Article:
A monitoring station in Canada detected radioactive gases from North Korea’s first nuclear test in October 2006, two weeks after the explosion occurred. The monitoring system did not detect any gases after the second test in May 2009, but the organization said seismic activity was indicative of an explosion.—KELSEY DAVENPORT
According to the statement, published by the state-run Korean Central News Agency (KCNA), Kim is planning to emphasize building up North Korean nuclear forces along with economic development. Sigal said this could indicate that Pyongyang will spend less money maintaining its aging conventional forces and increase its reliance on nuclear deterrence for national security.
Sigal said Pyongyang’s commitment to this new policy is unclear and should be tested in negotiations. He suggested, however, that North Korea would not give up its nuclear weapons for economic aid or seek international recognition as a nuclear-weapon state. Pyongyang will retain its nuclear weapons as long as it perceives a “hostile policy” from the United States and South Korea, he said.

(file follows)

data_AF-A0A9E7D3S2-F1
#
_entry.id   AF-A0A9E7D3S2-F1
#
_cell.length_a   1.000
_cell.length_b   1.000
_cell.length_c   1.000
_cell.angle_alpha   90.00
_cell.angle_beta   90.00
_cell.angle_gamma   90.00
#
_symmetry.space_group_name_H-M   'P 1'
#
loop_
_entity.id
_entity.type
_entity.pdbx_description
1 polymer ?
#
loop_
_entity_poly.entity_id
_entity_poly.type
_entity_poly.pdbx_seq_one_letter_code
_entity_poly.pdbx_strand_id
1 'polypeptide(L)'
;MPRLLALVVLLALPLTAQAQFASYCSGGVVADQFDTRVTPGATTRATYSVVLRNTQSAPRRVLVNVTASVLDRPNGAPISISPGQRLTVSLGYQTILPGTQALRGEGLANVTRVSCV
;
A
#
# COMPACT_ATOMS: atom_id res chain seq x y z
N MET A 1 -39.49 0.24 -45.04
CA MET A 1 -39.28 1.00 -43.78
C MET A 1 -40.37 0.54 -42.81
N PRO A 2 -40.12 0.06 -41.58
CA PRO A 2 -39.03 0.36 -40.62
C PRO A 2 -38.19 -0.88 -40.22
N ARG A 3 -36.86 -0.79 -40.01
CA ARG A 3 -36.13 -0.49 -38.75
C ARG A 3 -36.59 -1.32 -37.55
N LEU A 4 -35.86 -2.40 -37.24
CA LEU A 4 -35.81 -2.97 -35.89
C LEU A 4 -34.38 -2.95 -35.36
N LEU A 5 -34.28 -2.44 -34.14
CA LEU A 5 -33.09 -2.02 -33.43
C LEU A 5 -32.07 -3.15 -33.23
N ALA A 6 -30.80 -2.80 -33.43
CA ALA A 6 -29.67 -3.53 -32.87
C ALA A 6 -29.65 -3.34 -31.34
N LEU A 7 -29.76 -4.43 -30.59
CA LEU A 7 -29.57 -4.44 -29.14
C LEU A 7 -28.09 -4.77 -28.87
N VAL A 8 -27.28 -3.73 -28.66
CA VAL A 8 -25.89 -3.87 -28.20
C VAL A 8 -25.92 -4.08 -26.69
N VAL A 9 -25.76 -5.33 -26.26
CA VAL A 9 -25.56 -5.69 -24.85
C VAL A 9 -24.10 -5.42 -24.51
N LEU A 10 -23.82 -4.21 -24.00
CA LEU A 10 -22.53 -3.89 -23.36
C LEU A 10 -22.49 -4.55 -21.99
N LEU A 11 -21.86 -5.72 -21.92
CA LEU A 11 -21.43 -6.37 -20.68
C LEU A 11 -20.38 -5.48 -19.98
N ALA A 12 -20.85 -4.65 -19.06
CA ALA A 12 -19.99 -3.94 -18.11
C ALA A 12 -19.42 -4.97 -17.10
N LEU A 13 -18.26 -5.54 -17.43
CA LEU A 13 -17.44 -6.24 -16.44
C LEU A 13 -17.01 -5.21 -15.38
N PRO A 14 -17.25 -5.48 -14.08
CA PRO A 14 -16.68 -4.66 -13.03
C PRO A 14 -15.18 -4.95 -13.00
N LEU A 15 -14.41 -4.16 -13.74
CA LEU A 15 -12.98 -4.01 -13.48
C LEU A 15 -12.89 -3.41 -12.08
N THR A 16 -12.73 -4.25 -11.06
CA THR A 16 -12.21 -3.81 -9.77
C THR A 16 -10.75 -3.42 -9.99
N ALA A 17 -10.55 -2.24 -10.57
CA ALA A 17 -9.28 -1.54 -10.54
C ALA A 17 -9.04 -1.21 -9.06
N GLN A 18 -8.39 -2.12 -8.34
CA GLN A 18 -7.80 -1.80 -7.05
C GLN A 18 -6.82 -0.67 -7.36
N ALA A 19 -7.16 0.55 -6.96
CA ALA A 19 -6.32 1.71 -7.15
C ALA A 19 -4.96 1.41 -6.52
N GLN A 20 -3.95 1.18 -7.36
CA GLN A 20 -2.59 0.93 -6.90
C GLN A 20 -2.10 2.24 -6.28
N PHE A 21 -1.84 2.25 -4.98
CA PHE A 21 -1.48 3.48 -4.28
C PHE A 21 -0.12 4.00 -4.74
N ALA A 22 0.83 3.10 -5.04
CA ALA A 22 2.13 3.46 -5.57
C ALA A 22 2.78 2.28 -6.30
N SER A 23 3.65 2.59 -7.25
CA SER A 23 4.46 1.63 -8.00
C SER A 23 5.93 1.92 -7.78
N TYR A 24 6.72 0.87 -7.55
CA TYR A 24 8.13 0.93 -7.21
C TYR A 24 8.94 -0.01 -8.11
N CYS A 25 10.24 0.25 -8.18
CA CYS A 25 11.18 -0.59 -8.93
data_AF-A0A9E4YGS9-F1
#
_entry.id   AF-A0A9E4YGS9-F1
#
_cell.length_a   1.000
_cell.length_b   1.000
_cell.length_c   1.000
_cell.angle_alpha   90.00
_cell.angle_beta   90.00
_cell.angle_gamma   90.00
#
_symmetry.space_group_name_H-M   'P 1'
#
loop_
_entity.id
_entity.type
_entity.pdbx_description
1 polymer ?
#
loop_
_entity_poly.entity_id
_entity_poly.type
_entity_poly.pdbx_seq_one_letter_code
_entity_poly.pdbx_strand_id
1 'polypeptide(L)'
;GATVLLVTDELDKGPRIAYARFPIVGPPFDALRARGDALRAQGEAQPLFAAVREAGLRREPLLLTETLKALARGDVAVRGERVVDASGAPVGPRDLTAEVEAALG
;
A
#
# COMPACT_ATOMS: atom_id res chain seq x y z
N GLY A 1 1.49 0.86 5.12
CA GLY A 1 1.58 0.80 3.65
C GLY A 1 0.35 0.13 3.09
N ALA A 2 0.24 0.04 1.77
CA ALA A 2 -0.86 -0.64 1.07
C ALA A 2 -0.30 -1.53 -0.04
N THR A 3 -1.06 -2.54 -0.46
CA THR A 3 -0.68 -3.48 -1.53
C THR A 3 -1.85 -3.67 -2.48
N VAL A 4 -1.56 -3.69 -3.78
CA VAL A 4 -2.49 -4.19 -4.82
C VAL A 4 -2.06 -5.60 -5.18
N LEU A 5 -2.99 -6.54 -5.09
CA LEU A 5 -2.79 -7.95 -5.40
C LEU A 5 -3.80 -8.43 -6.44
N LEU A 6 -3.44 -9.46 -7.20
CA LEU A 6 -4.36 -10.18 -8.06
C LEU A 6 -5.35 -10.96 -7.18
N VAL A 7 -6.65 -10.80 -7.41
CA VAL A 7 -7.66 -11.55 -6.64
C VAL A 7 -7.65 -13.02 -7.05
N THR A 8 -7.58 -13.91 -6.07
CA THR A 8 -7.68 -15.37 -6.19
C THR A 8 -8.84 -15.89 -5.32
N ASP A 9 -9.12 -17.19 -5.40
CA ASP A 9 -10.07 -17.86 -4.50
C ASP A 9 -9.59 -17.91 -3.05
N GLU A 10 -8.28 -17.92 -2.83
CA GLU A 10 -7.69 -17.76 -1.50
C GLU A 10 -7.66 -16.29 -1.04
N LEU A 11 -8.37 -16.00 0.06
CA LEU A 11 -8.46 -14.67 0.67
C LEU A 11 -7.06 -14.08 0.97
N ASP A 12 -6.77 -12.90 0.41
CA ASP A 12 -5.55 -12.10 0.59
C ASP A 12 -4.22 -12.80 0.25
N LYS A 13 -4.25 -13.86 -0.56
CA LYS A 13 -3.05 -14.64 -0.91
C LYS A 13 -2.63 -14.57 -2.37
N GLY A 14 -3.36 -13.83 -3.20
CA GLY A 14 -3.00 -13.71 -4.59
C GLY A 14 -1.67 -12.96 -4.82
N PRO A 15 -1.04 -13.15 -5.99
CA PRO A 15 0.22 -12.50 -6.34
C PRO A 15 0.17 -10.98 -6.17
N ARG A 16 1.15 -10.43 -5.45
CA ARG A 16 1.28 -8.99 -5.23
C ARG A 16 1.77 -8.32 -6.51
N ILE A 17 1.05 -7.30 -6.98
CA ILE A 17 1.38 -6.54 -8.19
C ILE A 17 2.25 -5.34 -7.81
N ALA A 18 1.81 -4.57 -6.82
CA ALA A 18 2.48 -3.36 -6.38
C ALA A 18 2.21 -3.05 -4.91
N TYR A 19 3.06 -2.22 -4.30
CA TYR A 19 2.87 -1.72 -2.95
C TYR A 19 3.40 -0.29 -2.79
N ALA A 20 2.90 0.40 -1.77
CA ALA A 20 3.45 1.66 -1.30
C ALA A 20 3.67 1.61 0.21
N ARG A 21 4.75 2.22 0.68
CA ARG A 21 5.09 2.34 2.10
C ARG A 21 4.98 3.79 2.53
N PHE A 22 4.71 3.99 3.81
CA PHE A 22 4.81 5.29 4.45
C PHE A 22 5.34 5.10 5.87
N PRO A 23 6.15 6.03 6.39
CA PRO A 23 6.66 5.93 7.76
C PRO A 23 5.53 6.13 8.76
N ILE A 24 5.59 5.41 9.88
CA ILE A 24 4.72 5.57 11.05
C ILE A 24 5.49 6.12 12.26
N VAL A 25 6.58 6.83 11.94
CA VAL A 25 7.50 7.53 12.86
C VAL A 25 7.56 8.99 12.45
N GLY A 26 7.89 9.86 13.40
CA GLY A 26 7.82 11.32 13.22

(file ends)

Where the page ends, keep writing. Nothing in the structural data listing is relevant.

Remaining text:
Sigal suggested that the United States should rethink its position to focus negotiations on impeding the development and expansion of North Korea’s nuclear program. A process that prevents Pyongyang from testing further nuclear devices or ballistic missiles is more likely to be successful and would prevent North Korea’s nuclear arsenal from growing, he said.
As an example of such a process, he cited the February 2012 Leap Day agreement between North Korea and the United States. Under that accord, North Korea agreed to refrain from nuclear and missile testing in exchange for aid from the United States. The deal broke down in April 2012 after Pyongyang attempted to launch a satellite. (See ACT, April 2012.)